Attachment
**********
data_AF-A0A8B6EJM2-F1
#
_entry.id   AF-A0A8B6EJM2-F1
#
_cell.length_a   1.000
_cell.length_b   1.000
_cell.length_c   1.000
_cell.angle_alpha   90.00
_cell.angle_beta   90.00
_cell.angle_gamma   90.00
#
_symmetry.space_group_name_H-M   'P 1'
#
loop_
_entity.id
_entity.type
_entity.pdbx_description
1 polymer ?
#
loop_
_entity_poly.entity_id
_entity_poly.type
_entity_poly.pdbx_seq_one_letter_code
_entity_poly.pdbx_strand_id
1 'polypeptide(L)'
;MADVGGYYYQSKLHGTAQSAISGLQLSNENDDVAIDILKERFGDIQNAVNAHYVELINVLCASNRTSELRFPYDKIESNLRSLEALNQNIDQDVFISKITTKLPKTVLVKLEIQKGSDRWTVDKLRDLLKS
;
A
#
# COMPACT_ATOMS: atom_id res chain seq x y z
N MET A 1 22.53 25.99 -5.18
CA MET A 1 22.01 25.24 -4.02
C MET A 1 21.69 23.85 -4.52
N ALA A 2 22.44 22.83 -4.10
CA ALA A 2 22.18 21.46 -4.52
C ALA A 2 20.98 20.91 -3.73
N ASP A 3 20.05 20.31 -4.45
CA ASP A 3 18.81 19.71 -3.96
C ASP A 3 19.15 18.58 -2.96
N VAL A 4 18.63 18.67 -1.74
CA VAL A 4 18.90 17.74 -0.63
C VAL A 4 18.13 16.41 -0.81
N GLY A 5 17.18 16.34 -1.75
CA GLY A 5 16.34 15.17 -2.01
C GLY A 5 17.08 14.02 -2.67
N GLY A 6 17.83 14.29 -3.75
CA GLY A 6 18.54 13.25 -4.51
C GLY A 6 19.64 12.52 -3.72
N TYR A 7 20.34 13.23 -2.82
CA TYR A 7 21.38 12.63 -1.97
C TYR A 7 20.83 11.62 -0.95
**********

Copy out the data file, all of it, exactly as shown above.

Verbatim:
data_AF-A0A8B6EJM2-F1
#
_entry.id   AF-A0A8B6EJM2-F1
#
_cell.length_a   1.000
_cell.length_b   1.000
_cell.length_c   1.000
_cell.angle_alpha   90.00
_cell.angle_beta   90.00
_cell.angle_gamma   90.00
#
_symmetry.space_group_name_H-M   'P 1'
#
loop_
_entity.id
_entity.type
_entity.pdbx_description
1 polymer ?
#
loop_
_entity_poly.entity_id
_entity_poly.type
_entity_poly.pdbx_seq_one_letter_code
_entity_poly.pdbx_strand_id
1 'polypeptide(L)'
;MADVGGYYYQSKLHGTAQSAISGLQLSNENDDVAIDILKERFGDIQNAVNAHYVELINVLCASNRTSELRFPYDKIESNLRSLEALNQNIDQDVFISKITTKLPKTVLVKLEIQKGSDRWTVDKLRDLLKS
;
A
#
# COMPACT_ATOMS: atom_id res chain seq x y z
N MET A 1 22.53 25.99 -5.18
CA MET A 1 22.01 25.24 -4.02
C MET A 1 21.69 23.85 -4.52
N ALA A 2 22.44 22.83 -4.10
CA ALA A 2 22.18 21.46 -4.52
C ALA A 2 20.98 20.91 -3.73
N ASP A 3 20.05 20.31 -4.45
CA ASP A 3 18.81 19.71 -3.96
C ASP A 3 19.15 18.58 -2.96
N VAL A 4 18.63 18.67 -1.74
CA VAL A 4 18.90 17.74 -0.63
C VAL A 4 18.13 16.41 -0.81
N GLY A 5 17.18 16.34 -1.75
CA GLY A 5 16.34 15.17 -2.01
C GLY A 5 17.08 14.02 -2.67
N GLY A 6 17.83 14.29 -3.75
CA GLY A 6 18.54 13.25 -4.51
C GLY A 6 19.64 12.52 -3.72
N TYR A 7 20.34 13.23 -2.82
CA TYR A 7 21.38 12.63 -1.97
C TYR A 7 20.83 11.62 -0.95